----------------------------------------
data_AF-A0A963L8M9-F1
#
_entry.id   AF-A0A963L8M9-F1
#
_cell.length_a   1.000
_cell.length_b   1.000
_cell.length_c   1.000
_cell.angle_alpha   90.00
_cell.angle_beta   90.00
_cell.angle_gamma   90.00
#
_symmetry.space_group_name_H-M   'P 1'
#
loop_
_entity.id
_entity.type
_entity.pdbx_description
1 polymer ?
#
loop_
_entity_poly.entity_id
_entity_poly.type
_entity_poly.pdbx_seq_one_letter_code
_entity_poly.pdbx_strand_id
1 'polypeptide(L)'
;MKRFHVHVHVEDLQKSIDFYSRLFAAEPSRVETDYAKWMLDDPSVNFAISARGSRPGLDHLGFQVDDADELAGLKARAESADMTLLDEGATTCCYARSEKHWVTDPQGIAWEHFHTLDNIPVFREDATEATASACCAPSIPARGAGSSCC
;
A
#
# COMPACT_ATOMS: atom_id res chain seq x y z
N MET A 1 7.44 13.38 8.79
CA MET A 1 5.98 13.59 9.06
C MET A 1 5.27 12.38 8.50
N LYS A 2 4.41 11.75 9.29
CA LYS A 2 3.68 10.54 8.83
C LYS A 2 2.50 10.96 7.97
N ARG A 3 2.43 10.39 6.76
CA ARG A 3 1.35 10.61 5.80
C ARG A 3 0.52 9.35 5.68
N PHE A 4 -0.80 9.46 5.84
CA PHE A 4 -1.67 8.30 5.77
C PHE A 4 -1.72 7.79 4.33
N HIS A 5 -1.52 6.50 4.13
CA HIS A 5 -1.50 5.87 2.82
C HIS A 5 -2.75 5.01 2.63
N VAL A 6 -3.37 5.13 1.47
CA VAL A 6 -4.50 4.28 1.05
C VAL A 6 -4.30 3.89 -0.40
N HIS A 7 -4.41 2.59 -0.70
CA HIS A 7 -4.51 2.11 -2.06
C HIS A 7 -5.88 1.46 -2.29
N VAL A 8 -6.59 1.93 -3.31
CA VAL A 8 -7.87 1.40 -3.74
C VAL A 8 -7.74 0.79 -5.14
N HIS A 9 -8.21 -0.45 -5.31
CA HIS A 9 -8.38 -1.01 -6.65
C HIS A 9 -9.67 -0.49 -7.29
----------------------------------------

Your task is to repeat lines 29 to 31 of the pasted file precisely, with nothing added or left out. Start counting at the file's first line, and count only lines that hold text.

#
# COMPACT_ATOMS: atom_id res chain seq x y z
N MET A 1 7.44 13.38 8.79